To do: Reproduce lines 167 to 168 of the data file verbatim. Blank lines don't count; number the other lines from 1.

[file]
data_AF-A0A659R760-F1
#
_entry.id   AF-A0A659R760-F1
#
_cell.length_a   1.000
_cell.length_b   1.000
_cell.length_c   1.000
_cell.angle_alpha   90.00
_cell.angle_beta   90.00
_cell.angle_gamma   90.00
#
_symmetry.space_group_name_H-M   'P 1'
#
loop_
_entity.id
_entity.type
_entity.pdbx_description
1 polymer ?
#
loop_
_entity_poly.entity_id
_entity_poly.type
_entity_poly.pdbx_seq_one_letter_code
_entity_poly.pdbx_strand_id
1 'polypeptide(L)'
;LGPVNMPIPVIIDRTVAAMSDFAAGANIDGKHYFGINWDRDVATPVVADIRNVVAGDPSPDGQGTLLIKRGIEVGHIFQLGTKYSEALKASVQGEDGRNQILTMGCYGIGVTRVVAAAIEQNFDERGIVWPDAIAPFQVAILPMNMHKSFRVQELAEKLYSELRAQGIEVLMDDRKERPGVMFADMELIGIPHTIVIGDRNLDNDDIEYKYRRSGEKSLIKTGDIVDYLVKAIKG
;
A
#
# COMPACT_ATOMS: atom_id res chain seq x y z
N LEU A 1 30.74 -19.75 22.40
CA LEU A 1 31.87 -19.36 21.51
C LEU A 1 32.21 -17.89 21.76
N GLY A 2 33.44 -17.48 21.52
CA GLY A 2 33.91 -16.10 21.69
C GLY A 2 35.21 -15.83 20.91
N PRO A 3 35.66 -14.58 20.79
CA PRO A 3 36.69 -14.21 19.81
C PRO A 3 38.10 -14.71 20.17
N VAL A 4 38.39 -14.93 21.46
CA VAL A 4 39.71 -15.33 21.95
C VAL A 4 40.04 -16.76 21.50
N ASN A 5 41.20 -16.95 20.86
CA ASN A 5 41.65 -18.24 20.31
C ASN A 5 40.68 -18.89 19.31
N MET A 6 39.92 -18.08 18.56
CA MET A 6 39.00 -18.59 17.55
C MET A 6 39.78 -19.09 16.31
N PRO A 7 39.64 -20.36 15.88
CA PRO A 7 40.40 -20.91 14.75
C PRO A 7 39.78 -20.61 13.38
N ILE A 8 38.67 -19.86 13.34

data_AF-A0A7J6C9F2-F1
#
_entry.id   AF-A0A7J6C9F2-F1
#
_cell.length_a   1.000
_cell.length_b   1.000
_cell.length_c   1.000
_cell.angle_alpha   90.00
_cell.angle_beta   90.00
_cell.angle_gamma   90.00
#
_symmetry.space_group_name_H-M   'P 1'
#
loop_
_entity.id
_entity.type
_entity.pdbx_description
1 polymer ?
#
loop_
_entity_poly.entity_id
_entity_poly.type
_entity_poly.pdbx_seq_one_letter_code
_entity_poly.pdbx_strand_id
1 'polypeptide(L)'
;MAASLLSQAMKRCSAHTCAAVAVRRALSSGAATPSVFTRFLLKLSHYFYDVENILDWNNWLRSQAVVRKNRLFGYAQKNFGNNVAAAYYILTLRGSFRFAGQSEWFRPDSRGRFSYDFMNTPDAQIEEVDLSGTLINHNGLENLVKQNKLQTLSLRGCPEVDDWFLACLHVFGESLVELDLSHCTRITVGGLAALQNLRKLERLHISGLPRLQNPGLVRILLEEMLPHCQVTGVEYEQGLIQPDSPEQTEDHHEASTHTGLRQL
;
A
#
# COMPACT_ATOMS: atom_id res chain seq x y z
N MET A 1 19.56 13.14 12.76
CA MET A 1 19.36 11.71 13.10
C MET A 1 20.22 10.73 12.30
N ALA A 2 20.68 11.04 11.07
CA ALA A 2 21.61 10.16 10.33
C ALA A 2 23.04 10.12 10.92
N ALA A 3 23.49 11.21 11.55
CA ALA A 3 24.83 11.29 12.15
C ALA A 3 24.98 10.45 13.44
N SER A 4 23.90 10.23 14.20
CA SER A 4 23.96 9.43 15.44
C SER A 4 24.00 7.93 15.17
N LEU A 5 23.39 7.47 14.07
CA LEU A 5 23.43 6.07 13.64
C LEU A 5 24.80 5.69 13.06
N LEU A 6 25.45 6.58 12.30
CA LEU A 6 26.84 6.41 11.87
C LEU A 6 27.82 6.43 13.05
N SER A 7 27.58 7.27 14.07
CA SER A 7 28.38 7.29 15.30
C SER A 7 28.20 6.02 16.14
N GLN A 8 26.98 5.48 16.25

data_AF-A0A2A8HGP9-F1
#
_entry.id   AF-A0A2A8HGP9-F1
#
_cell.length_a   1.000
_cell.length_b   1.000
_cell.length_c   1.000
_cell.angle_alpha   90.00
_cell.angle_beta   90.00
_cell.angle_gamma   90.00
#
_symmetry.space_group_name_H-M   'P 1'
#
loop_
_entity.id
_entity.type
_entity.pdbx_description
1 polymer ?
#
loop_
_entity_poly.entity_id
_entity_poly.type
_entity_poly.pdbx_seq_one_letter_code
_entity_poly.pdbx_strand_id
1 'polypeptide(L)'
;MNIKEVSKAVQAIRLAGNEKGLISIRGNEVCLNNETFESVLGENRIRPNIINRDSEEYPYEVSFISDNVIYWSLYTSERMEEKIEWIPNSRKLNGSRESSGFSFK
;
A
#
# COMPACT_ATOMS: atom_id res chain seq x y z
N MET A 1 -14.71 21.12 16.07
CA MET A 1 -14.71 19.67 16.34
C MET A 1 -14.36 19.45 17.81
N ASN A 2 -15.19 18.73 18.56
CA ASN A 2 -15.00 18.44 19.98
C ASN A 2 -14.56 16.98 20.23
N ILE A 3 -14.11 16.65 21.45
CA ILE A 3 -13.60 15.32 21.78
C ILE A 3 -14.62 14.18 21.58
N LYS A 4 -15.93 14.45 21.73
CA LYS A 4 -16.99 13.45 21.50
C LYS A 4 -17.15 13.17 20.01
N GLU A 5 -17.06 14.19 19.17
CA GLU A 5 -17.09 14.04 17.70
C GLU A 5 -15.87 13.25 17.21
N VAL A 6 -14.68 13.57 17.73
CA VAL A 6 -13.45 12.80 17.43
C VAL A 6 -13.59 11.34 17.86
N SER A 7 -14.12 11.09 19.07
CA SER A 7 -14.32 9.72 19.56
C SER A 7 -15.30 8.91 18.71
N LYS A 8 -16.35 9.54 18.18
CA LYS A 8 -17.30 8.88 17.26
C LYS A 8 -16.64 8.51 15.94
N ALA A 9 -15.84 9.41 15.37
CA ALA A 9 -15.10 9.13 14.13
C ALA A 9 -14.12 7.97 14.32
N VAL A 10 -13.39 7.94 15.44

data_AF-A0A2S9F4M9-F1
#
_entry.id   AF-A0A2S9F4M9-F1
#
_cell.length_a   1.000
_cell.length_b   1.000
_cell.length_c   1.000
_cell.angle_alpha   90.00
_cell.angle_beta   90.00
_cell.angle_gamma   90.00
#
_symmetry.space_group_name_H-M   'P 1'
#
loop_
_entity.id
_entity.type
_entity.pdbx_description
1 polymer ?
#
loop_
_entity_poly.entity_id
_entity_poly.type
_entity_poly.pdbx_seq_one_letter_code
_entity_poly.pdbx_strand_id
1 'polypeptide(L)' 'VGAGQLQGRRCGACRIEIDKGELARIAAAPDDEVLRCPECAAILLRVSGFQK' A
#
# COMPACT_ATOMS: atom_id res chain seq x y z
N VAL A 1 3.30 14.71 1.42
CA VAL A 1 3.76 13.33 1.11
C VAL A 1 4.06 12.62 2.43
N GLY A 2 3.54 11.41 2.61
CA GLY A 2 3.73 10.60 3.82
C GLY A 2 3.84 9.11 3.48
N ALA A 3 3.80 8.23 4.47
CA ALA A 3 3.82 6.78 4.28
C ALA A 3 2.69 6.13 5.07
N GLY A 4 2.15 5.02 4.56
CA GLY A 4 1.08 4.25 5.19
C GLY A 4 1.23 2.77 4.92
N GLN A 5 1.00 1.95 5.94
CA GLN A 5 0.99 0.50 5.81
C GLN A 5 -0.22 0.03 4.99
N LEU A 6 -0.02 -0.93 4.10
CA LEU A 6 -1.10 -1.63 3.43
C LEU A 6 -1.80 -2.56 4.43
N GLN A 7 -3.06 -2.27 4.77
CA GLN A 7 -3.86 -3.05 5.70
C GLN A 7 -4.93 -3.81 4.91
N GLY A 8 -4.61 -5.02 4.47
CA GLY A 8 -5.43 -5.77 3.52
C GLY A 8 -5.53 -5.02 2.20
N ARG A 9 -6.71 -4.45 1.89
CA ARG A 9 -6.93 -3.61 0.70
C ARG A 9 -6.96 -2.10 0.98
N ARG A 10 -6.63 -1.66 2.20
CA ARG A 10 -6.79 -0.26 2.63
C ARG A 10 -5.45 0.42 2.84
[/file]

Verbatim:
_cell.length_a   1.000
_cell.length_b   1.000